About Maritez Apigo
For over two decades, Maritez has taught English and ESL in community colleges, high schools, and middle schools in California and in Hawaii. She has been teaching online since earning her master’s in English and TESOL from San Francisco State University, and she holds an Online Network of Educators (@ONE) Certificate in Online Teaching and Design and an @ONE Advanced Certificate in Online Teaching Principles. Currently, she is the Distance Education Coordinator, the Open Educational Resources (OER) Coordinator, and an online and hybrid English Professor at Contra Costa College. She trains faculty in online teaching pedagogy at the college, district, and state levels. She is an @ONE Online Course Facilitator of four courses and an Online Course Reviewer. Her passions for social justice, equity, innovation, and student success are illuminated in her work. When she's not teaching students or training faculty, you might discover her behind two turntables DJing, in the dance studio working on her dance technique, or at a soccer field cheering on her two young children.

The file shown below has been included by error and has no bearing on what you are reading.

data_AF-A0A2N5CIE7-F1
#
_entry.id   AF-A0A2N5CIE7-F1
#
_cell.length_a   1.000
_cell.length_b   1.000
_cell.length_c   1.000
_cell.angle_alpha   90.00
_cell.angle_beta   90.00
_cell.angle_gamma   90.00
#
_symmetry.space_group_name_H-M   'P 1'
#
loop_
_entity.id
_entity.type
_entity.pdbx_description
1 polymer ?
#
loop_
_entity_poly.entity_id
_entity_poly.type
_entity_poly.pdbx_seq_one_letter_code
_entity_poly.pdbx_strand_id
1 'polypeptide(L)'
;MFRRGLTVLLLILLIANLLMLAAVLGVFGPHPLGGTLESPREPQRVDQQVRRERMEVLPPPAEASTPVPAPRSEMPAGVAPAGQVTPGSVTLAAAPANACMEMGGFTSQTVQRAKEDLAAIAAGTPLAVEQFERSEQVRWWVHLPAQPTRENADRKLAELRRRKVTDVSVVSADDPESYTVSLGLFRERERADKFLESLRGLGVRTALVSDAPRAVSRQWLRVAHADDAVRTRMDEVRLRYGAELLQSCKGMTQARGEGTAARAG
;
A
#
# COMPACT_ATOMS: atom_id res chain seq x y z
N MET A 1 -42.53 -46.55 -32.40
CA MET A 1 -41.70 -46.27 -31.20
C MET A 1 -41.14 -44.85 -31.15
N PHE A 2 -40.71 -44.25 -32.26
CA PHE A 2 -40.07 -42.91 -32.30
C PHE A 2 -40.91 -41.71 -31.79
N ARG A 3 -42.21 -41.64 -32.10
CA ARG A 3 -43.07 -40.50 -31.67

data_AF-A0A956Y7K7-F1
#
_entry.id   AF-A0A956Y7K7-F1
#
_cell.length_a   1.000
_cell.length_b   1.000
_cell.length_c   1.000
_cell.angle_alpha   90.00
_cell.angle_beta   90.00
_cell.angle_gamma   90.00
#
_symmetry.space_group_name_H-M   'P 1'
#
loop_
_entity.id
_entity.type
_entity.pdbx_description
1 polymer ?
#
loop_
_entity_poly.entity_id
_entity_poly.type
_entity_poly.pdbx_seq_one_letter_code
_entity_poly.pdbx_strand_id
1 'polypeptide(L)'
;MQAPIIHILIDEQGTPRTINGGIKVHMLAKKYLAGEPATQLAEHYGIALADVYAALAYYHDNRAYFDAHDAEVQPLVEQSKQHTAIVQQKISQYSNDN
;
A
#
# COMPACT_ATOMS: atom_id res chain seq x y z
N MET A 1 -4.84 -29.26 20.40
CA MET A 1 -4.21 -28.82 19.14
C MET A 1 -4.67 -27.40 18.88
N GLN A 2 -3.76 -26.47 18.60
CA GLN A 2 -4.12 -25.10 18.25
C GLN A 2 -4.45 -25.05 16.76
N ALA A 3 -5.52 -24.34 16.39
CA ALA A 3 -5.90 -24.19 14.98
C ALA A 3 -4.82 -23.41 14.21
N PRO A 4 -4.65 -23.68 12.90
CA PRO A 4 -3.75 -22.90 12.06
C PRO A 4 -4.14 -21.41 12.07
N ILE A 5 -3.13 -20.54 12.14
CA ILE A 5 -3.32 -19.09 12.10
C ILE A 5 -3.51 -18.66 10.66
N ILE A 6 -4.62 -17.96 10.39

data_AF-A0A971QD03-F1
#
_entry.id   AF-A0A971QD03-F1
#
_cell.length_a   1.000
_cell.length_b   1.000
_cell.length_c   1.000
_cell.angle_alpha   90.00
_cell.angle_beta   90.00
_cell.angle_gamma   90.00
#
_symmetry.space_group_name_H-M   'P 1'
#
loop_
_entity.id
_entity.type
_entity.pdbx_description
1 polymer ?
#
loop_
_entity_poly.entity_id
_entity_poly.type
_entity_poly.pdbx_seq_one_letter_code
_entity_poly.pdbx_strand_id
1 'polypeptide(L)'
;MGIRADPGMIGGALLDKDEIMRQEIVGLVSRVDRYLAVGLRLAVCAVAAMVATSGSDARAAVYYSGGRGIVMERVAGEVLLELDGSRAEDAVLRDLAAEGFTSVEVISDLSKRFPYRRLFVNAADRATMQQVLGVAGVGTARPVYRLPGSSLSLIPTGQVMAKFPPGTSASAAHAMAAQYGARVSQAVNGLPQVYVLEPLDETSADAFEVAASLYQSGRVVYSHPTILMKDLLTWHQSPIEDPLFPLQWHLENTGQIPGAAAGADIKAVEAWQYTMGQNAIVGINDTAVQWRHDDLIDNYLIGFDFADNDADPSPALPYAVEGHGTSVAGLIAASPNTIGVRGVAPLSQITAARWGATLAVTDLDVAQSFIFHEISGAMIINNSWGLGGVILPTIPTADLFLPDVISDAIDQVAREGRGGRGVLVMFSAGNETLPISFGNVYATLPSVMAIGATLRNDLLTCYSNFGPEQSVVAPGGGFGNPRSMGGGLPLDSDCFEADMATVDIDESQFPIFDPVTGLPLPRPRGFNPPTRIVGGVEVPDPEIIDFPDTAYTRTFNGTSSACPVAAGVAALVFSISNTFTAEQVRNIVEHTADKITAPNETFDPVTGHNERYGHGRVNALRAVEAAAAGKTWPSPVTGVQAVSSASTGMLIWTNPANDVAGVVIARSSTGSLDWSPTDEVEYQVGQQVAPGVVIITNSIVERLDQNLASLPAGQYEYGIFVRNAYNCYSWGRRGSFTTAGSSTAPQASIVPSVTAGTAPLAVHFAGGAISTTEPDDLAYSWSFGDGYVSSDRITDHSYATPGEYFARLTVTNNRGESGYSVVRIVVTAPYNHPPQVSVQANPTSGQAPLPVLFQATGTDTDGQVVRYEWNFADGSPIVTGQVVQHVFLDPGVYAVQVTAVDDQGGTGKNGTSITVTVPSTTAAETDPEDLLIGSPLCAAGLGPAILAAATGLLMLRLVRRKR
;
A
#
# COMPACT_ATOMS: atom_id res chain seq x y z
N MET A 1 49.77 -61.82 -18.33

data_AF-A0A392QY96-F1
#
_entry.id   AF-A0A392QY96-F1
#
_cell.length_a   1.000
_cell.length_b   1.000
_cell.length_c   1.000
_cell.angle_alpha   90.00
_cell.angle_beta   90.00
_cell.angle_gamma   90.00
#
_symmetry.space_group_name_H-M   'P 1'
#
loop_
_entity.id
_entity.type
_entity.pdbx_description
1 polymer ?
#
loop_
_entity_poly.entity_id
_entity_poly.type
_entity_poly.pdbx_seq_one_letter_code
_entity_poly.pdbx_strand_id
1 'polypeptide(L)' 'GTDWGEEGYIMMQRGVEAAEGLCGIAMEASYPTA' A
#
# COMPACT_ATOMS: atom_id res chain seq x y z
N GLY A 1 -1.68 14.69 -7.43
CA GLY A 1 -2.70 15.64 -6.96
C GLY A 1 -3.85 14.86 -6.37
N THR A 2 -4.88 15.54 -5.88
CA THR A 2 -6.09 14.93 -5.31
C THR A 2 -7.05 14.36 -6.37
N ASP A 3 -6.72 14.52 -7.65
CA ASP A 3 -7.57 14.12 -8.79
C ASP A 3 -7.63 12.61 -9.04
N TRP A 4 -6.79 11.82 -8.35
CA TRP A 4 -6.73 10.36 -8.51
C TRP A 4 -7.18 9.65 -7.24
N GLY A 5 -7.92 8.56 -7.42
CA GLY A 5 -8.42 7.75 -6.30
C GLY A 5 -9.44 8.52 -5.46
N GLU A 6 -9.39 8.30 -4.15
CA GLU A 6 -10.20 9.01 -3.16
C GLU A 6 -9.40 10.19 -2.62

Twitter: @maritezapigo

About Dr. Al Solano
Al is Founder & Coach at the Continuous Learning Institute. A big believer in kindness, he helps institutions of higher education to plan and implement homegrown practices that get results for students by coaching them through a process based on what he calls the "Three Cs": Clarity, Coherence, Consensus. In addition, his bite-sized, practitioner-based articles on student success strategies, institutional planning & implementation, and educational leadership are implemented at institutions across the country. He has worked directly with over 50 colleges and universities and has trained well over 5,000 educators. He has coached colleges for over a decade, worked at two community colleges, and began his education career in K12. He earned a doctorate in education from UCLA, and is a proud community college student who transferred to Cornell University.